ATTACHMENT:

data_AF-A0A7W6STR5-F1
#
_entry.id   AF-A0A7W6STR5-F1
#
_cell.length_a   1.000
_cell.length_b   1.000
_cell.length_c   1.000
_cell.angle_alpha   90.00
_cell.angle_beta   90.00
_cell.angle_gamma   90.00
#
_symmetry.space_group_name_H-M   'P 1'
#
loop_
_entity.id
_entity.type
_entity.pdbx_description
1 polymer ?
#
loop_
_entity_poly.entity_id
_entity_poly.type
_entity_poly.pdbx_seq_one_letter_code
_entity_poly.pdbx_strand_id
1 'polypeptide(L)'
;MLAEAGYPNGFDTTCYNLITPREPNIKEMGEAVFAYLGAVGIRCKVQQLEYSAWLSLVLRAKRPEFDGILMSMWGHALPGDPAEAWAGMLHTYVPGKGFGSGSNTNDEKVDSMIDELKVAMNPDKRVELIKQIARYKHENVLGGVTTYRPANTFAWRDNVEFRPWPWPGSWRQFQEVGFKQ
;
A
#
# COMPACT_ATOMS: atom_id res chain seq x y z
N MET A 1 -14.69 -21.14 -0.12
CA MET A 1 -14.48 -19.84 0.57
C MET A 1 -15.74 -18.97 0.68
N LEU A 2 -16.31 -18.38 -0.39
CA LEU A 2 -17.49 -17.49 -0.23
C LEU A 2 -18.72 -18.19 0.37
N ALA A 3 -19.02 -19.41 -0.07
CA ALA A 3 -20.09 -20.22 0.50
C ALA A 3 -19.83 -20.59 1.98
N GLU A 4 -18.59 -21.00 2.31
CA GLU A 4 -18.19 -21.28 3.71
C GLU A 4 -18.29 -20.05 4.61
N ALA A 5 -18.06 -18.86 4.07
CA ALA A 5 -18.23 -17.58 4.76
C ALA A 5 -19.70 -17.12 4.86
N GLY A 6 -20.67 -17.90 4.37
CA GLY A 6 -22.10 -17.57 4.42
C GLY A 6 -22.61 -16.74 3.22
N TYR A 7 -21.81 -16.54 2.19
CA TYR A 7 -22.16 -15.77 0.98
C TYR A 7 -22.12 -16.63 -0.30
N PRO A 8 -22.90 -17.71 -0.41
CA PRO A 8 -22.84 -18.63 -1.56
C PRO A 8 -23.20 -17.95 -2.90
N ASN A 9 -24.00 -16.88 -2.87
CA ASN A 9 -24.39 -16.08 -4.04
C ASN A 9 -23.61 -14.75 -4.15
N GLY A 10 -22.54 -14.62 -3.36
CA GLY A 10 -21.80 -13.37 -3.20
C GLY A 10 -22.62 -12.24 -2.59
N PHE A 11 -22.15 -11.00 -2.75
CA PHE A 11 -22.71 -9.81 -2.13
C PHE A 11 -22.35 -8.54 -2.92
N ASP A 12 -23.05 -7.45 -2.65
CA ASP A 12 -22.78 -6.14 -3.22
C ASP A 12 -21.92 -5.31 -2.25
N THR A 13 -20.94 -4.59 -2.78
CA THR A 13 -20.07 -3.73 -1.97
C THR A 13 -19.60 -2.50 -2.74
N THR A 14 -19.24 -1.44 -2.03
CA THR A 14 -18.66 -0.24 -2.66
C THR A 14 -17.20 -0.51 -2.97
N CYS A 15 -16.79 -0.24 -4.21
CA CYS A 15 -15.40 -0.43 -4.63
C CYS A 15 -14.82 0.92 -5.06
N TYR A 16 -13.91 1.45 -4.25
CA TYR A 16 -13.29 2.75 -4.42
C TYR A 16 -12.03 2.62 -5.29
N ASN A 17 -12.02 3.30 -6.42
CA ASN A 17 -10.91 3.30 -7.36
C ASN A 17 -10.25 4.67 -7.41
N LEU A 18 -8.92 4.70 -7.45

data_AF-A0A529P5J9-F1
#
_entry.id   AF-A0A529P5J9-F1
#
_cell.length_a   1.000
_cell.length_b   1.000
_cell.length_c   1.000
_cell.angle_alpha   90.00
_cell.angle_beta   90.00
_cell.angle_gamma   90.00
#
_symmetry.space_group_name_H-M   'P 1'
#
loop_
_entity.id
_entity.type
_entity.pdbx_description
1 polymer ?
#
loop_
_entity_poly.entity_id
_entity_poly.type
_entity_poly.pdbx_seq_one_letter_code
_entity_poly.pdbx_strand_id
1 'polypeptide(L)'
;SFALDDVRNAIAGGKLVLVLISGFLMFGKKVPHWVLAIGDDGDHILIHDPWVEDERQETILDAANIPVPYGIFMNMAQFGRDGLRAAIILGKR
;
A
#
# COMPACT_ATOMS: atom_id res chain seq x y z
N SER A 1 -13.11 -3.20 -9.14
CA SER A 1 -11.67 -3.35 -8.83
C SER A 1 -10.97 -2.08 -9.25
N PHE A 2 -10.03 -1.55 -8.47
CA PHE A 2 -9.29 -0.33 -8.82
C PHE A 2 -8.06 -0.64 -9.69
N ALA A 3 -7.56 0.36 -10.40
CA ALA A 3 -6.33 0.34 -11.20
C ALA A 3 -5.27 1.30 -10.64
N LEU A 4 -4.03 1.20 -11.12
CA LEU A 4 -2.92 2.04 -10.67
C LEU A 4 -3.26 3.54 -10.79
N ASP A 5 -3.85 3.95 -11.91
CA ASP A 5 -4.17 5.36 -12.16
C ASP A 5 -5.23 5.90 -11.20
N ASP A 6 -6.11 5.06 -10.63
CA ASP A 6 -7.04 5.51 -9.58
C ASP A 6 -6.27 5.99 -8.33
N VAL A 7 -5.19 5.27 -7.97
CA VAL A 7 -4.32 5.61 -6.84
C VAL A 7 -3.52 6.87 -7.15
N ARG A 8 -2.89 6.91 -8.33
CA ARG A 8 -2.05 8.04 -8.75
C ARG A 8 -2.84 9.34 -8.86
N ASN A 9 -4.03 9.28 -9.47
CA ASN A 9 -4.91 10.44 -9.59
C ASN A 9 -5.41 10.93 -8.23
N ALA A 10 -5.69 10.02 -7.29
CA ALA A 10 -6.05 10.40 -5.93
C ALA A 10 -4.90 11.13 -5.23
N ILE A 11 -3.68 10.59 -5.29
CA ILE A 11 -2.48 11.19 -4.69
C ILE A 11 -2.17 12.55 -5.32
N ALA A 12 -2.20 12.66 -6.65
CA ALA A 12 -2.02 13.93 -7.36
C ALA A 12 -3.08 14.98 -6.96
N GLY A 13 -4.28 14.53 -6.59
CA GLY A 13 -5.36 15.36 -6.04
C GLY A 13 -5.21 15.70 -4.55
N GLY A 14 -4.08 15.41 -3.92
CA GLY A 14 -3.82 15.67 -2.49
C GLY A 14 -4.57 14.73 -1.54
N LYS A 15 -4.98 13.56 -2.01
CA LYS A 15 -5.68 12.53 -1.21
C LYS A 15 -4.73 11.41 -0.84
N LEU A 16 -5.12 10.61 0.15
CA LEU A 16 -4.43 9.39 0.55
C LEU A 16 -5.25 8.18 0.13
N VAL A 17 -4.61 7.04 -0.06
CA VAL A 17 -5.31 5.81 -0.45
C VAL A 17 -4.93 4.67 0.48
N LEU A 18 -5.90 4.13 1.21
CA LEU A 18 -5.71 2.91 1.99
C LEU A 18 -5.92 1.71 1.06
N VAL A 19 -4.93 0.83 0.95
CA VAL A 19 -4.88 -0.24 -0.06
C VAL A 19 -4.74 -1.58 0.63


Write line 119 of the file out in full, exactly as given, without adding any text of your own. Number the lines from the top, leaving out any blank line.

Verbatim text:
N ALA A 3 -7.56 0.36 -10.40